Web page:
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Culture and Conflict: The Portrayal of Blacks in U.S. Children's Picture Books Through the Mid- and Late-Twentieth Century

Bernice A. Pescosolido, Elizabeth Grauerholz and Melissa A. Milkie
American Sociological Review
Vol. 62, No. 3 (Jun., 1997), pp. 443-464
Stable URL: http://www.jstor.org/stable/2657315
Page Count: 22
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Culture and Conflict: The Portrayal of Blacks in U.S. Children's Picture Books Through the Mid- and Late-Twentieth Century
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Abstract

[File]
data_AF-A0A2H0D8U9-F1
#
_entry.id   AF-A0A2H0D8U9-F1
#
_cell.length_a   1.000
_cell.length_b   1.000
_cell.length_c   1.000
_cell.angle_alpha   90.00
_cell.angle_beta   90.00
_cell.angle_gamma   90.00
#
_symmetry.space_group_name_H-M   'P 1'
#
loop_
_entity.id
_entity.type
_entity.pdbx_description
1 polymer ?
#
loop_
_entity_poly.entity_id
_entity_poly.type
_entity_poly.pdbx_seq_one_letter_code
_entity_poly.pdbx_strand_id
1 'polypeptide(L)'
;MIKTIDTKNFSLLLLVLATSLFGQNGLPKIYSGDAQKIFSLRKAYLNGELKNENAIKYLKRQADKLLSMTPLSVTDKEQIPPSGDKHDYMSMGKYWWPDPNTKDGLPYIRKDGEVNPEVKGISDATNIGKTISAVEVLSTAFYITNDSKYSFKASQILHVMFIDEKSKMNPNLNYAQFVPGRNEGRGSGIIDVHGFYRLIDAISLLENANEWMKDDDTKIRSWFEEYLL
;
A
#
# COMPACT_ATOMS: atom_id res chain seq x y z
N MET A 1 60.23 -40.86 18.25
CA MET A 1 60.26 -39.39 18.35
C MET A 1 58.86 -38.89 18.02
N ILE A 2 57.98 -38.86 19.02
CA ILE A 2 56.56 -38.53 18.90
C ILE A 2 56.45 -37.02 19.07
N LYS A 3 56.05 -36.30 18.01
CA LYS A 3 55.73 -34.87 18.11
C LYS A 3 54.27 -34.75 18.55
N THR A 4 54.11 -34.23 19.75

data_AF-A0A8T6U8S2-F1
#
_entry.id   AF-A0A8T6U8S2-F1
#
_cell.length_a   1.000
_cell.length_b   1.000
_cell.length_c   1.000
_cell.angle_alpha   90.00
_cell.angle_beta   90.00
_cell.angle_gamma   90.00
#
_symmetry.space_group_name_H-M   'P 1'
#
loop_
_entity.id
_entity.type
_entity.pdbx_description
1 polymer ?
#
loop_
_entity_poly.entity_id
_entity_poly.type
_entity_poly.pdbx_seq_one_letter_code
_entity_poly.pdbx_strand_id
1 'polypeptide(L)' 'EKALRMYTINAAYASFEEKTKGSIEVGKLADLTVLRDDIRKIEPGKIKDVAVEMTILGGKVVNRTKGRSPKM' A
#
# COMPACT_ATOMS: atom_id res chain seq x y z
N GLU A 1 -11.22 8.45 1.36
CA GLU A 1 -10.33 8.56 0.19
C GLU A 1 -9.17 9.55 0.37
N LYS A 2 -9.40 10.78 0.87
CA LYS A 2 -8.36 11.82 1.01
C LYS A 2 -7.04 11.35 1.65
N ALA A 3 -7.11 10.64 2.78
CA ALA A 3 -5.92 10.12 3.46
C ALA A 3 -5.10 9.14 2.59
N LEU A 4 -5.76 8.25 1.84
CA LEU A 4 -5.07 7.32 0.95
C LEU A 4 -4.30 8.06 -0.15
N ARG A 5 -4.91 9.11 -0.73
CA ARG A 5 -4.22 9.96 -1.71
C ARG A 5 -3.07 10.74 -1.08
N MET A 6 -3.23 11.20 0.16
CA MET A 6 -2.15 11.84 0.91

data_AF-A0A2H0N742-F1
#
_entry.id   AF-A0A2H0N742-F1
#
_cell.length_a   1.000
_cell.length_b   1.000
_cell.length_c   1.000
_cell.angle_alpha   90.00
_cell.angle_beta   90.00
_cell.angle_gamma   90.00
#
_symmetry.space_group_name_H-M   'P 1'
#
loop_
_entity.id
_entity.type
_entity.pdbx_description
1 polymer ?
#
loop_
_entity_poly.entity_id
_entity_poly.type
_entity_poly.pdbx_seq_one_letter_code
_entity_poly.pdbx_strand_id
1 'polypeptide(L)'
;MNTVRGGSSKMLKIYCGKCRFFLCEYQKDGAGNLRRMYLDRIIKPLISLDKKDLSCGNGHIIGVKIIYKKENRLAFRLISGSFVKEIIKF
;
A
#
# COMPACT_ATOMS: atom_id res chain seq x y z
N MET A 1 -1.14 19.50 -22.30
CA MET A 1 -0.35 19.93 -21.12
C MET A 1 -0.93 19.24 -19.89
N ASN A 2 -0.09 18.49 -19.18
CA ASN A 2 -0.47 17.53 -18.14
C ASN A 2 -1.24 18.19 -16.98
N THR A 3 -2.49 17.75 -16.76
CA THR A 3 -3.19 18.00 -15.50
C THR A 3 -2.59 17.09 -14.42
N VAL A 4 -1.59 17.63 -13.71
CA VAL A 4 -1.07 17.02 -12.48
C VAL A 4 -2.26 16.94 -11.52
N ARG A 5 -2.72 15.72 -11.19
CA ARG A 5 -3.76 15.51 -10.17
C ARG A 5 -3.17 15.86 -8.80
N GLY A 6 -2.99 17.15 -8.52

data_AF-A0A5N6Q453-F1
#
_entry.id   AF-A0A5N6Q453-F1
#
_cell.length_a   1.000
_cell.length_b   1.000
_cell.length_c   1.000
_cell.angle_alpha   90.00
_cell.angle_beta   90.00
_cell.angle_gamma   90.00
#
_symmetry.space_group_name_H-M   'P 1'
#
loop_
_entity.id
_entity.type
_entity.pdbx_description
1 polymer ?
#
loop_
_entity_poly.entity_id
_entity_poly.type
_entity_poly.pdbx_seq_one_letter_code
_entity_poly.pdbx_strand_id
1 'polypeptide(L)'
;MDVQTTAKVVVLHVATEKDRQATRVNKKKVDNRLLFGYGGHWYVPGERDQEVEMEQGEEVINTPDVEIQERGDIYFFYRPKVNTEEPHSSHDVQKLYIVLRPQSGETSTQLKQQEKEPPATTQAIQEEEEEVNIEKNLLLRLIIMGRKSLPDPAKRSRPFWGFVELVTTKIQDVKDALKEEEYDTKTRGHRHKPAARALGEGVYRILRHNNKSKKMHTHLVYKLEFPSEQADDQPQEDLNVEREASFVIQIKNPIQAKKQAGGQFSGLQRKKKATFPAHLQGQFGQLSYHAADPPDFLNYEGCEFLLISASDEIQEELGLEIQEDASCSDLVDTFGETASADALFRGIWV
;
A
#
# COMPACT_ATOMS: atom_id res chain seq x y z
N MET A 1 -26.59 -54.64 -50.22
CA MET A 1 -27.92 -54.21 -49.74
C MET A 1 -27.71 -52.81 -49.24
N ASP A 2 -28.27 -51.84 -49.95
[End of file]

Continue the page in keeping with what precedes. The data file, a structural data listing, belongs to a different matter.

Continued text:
Using three sets of children's books, we document changes in racial images and examine the relationship between culture, gatekeeping, and conflict in society. In terms of the representation of Blacks, four findings stand out. First, the portrayal of Black characters over time is nonlinear and can be divided into reasonably distinct phases: declining representation from the late 1930s through the late 1950s, nearly zero representation from that point through 1964, a dramatic increase from the late 1960s to the early 1970s, and a leveling off after 1975. Second, images vary significantly over time. For example, in award-winning books, Black characters reappear during the latter half of the 1960s in "safe," distant images. Third, the depiction of intimate, egalitarian, interracial interaction and the portrayal of Black adults as focal characters are rare. Fourth, gains in multicultural portrayals have not been maintained consistently across the different sets of children's books, with prize-winning books more likely to depict Blacks. We link these trends to gatekeeping activities and to strains in Black-White relations in the larger society. Specifically, advertisements from publishing houses are more likely to include Black characters than are award panel selections or editorials in leading professional journals. Prize-winning books continue a trend toward increased representation of Blacks and account for most of the books featuring only Black characters. Finally, when African American challenges to the dominant societal norms are strongest (measured by the numbers of conflicts, protests, and legal actions) Blacks virtually disappear from U.S. children's picture books.

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